The IEA Oil Market Report, full issue, is now available to the public. Some interesting observations:

Non-OPEC oil supplies are nevertheless seen sharply lower in December. Overall supplies are estimated to have slipped by more than 0.6 mb/d from the month prior, to 57.4 mb/d. A seasonal decline in biofuel production, largely due to the Brazilian sugar cane harvest, of nearly 0.4 mb/d was the largest contributor to December’s drop. Production in Vietnam, Kazakhstan, Azerbaijan and the US was also seen easing from both November’s level and compared with a year earlier. Persistently low production in Mexico and Yemen were other contributors to the year-on-year decline.

As such, total non-OPEC liquids output slipped below the year earlier level for the first time since September 2012. A production surge in December 2014 inflates the annual decline rate, but the drop is nevertheless significant should these estimates be confirmed by firm data. Already in November, growth in non-OPEC supply had slipped to 640 kb/d, from as much as 2.9 mb/d at the end of 2014, and 2.4 mb/d for 2014 as a whole. For 2015, supplies look likely to post an increase of 1.4 mb/d for the year, before contracting by nearly 0.6 mb/d in 2016. A prolonged period of oil at sub-$30/bbl puts additional volumes at risk of shut in as realised prices fall close to operating costs for some producers.

The IEA has every month of 2016 Non-OPEC production below the year over year 2015 production.


For the past four years, North America has carried the load as far as the increase in Non-OPEC production is concerned. Now the IEA believes North America will suffer the lions share of the decline in 2016.

IEA US Supply

The IEA says US Gulf of Mexico and NGLs will show an increase in 2016 but every other location will show a decline with Texas showing the largest decline.

The IEA says Non-OPEC production was up 1.3 million bpd in 2015 but will be down .7 million bpd in 2016. Below are their numbers. They do not include biofuels or process gain.

2014    51.8
2015    53.1
2016    52.4

IEA Supply

The IEA has Non-OPEC liquids in December 2015 down about 650,000 bpd compared to December 2014.

IEA Call on OPEC

But if the IEA expects Non-OPEC production to be down in 2016, how will world oil production be able to meet the ever rising demand? Simple, just pick up the phone and call OPEC. They will supply the needed barrels.

IEA Horizontal Wells

Data from Rystad Energy show the number of completed wells have by far outpaced the number of wells spudded (drilled) since 4Q14. Indeed, the number of well completions per month continued to increase several months after the rig count started to drop off, peaking at more than 1,600 wells in December 2014. The number of completions are still outpacing the number of new wells drilled, and as a result, the number of uncompleted wells, or the frack-log, has been cut down from its peak of around 4,600 wells hit at the end of 2014 to around 3,700 wells currently.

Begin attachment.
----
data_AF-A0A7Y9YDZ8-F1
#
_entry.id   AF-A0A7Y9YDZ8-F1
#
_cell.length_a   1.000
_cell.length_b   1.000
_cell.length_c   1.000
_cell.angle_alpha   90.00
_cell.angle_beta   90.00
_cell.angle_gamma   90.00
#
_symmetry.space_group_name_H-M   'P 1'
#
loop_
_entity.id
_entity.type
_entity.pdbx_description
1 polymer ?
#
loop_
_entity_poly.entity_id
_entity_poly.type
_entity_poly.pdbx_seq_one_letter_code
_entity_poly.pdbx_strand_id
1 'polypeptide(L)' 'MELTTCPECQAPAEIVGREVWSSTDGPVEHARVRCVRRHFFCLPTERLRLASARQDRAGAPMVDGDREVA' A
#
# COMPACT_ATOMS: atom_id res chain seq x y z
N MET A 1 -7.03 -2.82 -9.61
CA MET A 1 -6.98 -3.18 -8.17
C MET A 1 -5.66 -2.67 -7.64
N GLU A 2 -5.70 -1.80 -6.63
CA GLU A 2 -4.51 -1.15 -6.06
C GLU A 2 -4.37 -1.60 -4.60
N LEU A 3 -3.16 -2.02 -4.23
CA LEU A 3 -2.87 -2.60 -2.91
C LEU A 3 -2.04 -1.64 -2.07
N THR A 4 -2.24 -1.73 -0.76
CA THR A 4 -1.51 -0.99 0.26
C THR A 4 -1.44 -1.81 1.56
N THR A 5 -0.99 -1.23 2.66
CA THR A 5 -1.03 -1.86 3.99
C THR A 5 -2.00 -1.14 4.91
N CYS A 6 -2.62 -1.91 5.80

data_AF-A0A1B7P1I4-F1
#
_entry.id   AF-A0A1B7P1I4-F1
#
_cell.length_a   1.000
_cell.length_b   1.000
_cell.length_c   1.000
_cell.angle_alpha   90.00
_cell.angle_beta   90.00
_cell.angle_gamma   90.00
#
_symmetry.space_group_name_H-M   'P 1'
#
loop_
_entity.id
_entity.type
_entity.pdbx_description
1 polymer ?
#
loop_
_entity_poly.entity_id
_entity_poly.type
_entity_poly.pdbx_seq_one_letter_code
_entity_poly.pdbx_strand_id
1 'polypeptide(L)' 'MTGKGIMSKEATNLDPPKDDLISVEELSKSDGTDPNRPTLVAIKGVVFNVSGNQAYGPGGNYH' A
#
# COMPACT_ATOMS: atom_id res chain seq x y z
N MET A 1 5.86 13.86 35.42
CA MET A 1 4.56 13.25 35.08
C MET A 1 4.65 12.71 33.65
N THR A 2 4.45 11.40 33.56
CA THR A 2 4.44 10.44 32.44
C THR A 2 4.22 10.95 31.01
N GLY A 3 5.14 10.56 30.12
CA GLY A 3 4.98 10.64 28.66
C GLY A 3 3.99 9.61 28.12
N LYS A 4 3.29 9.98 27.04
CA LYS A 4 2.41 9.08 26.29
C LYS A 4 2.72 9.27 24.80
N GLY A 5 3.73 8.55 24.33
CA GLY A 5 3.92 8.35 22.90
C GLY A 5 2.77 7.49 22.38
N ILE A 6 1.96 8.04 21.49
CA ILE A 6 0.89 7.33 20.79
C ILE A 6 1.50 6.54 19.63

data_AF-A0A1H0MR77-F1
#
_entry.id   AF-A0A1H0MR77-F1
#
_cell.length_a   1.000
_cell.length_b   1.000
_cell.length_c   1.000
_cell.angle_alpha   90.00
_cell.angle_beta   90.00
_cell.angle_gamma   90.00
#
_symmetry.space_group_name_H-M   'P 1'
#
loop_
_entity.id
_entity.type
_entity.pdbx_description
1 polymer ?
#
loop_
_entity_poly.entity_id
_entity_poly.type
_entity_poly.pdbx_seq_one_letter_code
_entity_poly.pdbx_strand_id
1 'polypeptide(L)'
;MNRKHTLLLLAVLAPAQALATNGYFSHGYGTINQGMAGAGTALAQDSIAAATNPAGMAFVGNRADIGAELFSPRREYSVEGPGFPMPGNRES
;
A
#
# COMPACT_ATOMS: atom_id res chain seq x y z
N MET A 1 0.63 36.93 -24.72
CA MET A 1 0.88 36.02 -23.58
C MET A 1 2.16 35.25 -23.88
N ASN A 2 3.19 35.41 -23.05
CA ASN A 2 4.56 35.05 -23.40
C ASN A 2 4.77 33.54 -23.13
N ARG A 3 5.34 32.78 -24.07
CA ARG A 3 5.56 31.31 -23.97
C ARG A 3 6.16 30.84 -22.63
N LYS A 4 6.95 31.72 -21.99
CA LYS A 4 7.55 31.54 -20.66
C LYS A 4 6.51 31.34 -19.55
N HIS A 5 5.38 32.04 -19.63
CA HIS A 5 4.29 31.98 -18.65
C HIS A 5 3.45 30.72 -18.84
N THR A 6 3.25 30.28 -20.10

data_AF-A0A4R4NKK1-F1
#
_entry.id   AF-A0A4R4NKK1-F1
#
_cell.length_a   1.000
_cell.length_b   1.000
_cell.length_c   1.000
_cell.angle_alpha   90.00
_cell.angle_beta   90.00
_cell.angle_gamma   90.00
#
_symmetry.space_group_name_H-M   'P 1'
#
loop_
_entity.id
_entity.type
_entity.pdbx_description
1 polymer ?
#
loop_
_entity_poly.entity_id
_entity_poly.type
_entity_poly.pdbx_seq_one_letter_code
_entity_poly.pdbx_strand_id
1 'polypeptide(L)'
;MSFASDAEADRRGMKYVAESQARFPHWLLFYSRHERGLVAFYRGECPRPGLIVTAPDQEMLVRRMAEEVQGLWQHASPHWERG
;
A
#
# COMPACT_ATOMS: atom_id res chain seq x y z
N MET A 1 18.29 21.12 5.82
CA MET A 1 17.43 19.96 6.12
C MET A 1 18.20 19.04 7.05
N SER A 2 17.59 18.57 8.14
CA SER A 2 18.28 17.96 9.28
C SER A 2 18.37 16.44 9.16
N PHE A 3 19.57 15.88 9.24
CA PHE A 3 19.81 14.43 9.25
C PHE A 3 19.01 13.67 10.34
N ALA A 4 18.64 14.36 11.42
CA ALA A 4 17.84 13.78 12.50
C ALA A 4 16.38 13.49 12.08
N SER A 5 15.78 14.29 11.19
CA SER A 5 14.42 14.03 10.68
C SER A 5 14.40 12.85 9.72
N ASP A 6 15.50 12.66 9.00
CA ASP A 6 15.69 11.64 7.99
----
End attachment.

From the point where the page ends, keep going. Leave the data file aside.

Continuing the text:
Make of the above chart what you will. I do not understand the spuds going to zero. Spuds are, quite obviously, not at zero. But then it’s not my chart.

And here are a few charts of my own. I thought it would be interesting to make some comparisons between price, rig count and production. In all charts below the right axis is always color coded with the chart data. All data is through December 2015 unless otherwise noted.

P1 Rig Count vs. Production

The above rig count is just the oil rig count, not the total rig count. There is obviously a delay between rig count and production. Just how many months that delay is, is not completely clear.

P1 Price vs. Rig Count

All price data is from Index Mundi and is the average of three spot prices; Dated Brent, West Texas Intermediate, and the Dubai Fateh, in US Dollars per Barrel. Quite obviously the rig count follows the price with a delay of from one year to as little as three or four months.

P1 Price vs. Production

And production follows price, somewhat, with a delay that is hard to calculate. 

P1 Price vs. Non-OPEC less

Well, production has followed price in the USA and Canada. But elsewhere everyone just seems to be producing flat out regardless of the price. Just as the price was peaking in early 2011, Non-OPEC production, less USA and Canada, began to decline. Production in this chart is only through October.

The recent surge in world production that was brought about by high prices was a USA and Canadian phenomenon only.

Edit: The above statement has created some confusion. There have definitely been some serious production gains by Iraq and Saudi Arabia. But those gains came largely after the price of oil had already started to collapse. Those gains were despite collapsing oil prices, not because of high prices.

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